Rainy afternoons, used bookstores and slow brew cuppas: How Glitch Coffee became my most recommended café in Tokyo
We enter the unassuming Tokyo café on a rainy day, glad to escape the weather. Here at Glitch Coffee & Roasters is an entire world hidden away yet very much part of the neighbourhood, which its owner, 2014 Japan AeroPress Champion Kiyokazu Suzuki, has chosen. This space isn’t meant to be busy or fashionable; quite the opposite. We were first introduced to Glitch Coffee by Masahiro Aoki, a Japanese barista trainer and coffee consultant who has been grooming baristas in Malaysia since 2011 as well as judging at various Malaysia Barista Championships. When Masa-san, who now heads Artelier Coffee in both Pavilion Bukit Bintang and Pavilion Bukit Jalil, recommends a coffee shop or coffee roaster, one would be wise to listen. After all, his illustrious protégés include Rain Lee of KITA Coffee, the newly crowned Malaysia Barista Champion 2022, and Penang-born multi-hyphenate Ang Yeesiang (barista, roaster and owner of Sweet Blossom Coffee Roasters in Johor Baru). So it was Masa-san’s advice that we recalled when the weather took a turn for the worse while we were dilly-dallying in our hotel room in Kabukicho, not ready to start the day. As far as we are concerned, the storm arrives out of the blue. This is the sort of rain that goes on for hours. This, we tell ourselves, would be a good time for a nap, maybe a deeper sleep, a sort of hibernation from hard thinking or hard work. But the rain is a beautiful thing; it can be, yes.
So we drag ourselves out of our hotel in search of some coffee. This is why we find ourselves in the used bookstore haven of Jimbocho, its streets shiny with rain. The friendly and fastidious baristas at Glitch Coffee in their Jimbocho flagship shop. As they make our coffee, fastidious in their craft and care, I read a little William Blake. If only we could as Blake did, he who glimpsed a world, a universe, in a grain of sand, in a wild flower, and he who held infinity in the palm of his hand. I certainly have endured "eternity in an hour” while waiting in line at the post office. To see everything in an instance, and hold it only for as long as that. Our coffee is black, tea-like and light in body, yet deepens in flavour as we sip slowly, allowing it to cool. One cup is an Ethiopia Nigusse Gemeda, the natural process drawing out the clear notes of winey grapes and blueberries. A tea-like pour-over coffee goes well with a nutty, not-too-sweet almond croissant. Pour-over coffee always goes well with some pastries, preferably not too sweet.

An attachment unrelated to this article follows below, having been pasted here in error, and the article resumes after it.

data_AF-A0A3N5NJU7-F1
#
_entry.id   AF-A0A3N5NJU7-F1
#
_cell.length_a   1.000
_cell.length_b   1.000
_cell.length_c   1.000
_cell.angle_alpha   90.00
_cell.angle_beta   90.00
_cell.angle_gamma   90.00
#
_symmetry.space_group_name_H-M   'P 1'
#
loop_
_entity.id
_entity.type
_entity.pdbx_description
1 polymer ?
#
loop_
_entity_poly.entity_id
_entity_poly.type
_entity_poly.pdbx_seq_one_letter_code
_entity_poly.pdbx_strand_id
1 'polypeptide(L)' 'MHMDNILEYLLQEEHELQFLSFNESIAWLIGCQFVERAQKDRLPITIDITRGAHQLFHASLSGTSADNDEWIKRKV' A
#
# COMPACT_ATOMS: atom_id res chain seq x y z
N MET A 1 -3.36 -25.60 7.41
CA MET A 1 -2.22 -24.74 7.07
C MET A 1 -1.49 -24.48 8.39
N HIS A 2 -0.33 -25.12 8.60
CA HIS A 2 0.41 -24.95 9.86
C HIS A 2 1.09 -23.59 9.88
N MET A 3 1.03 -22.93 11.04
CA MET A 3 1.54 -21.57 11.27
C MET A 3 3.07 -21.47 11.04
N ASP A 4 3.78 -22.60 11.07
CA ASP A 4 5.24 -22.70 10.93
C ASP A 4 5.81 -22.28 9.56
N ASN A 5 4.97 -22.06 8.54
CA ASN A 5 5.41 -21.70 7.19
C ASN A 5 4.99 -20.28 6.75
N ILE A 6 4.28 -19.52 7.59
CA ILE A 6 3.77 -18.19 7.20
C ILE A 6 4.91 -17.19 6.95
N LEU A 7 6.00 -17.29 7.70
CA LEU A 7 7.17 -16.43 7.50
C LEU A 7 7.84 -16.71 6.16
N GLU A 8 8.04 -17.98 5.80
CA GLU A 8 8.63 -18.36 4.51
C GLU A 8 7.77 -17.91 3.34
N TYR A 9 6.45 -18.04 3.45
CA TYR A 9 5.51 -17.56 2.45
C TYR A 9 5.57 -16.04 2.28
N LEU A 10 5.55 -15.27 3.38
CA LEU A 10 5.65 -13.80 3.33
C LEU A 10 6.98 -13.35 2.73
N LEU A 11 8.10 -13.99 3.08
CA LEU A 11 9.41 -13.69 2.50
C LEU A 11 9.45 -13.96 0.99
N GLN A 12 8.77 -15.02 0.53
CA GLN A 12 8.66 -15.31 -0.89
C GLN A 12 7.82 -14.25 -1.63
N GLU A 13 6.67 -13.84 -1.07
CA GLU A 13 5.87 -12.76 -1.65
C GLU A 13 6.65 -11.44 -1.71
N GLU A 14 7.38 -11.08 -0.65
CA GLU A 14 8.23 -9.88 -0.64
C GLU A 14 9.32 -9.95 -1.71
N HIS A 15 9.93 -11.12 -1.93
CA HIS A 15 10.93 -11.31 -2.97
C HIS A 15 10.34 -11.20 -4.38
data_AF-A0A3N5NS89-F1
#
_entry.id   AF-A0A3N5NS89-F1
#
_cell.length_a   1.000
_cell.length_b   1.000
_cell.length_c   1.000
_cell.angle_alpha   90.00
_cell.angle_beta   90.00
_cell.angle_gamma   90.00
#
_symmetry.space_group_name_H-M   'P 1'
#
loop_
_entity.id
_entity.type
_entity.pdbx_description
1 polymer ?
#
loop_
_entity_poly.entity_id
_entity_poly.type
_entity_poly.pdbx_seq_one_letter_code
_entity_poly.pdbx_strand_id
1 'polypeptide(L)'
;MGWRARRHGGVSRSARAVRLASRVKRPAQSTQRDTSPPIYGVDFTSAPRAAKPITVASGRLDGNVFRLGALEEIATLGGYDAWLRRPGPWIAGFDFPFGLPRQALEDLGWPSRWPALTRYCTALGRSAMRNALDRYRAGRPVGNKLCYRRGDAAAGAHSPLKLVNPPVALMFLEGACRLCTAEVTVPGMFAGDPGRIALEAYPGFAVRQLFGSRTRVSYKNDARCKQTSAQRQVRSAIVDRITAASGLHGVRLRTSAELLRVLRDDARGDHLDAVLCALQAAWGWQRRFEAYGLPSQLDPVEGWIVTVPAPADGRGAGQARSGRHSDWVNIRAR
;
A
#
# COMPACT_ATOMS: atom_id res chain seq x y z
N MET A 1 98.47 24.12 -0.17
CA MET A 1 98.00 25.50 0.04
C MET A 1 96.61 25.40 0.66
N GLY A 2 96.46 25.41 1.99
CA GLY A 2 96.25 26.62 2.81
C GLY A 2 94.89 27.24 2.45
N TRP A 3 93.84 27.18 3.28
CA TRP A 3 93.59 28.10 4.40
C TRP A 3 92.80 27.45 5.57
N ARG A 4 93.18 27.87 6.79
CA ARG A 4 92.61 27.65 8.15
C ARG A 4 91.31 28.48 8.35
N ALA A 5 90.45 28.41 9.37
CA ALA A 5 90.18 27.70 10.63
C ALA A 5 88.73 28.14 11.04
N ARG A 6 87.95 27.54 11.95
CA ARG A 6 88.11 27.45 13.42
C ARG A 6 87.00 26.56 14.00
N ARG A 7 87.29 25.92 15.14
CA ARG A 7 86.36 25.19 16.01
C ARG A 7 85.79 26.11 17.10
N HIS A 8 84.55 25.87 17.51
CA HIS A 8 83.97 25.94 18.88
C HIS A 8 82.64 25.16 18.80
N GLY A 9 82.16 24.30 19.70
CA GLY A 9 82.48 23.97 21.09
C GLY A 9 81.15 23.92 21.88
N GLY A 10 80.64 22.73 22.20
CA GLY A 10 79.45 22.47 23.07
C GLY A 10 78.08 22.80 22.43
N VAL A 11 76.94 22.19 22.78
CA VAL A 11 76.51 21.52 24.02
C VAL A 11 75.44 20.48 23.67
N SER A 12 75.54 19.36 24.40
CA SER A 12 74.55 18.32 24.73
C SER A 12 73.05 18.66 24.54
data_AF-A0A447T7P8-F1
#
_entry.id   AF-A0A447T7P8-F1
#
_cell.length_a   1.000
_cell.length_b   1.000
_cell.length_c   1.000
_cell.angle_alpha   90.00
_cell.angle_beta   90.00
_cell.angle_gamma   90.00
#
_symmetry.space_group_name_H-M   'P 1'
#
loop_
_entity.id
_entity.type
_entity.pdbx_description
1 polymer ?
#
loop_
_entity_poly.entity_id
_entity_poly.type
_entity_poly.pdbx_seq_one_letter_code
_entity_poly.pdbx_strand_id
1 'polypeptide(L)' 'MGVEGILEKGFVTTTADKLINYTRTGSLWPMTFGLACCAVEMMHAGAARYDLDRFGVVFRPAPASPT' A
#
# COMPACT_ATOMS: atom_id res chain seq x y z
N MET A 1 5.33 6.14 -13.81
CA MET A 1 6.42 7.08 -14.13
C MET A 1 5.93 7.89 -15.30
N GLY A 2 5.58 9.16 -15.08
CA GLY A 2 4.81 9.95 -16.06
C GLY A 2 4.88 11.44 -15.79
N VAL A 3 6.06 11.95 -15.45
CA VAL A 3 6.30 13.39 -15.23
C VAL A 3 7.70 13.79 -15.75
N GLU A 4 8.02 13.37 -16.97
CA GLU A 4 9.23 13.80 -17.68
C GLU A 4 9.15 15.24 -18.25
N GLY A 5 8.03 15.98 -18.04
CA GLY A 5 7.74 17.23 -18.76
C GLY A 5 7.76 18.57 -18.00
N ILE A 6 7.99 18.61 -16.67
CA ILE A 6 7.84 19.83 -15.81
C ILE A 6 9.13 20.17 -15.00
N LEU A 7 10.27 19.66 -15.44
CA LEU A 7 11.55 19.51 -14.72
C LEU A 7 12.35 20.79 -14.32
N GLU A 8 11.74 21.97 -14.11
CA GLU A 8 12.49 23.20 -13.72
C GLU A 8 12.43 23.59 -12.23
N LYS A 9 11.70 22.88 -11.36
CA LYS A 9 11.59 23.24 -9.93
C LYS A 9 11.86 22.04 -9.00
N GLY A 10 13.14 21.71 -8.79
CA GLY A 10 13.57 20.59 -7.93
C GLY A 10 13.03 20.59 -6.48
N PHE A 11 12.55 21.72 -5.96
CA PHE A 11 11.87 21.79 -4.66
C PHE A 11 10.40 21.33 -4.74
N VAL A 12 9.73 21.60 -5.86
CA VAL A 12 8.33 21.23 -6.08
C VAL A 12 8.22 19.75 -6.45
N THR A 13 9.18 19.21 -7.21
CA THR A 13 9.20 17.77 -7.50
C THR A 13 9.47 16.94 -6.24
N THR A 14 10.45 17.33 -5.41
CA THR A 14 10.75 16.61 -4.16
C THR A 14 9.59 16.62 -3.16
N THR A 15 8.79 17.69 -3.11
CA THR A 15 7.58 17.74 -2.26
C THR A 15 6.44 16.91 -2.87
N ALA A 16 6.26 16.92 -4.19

These are the tiny joys in life: drawing in a sketchbook; journaling, writing in measured, unhurried sentences; and the soft chew of a bagel. Glitch Coffee has its own in-house roasting machine and specialises in lighter roasts. Glitch Coffee has its own in-house roasting machine and specialises in lighter roasts. It’s all about experimenting and sharing the results and learning. We understand the concept; after all, isn’t coming here a discovery for us too? And a very happy one at that. Conversing with one of the baristas, we learn that the Jimbocho café is their flagship shop. Leaving the charming café in rainy Jimbocho and promising to return. What’s more, now we have the privilege of paying it forward. What was once Masa-san’s recommendation to us is now my recommendation to other friends, even my Japanese friends (especially Tokyoites who have yet to explore their own city as thoroughly as we have; Ausländers, as Germans call foreigners, can be far more curious and indefatigable). Perhaps this is the story of how Glitch Coffee became my most recommended café in Tokyo. But if so, it is also the story of rainy afternoons that don't have to dampen our spirits.
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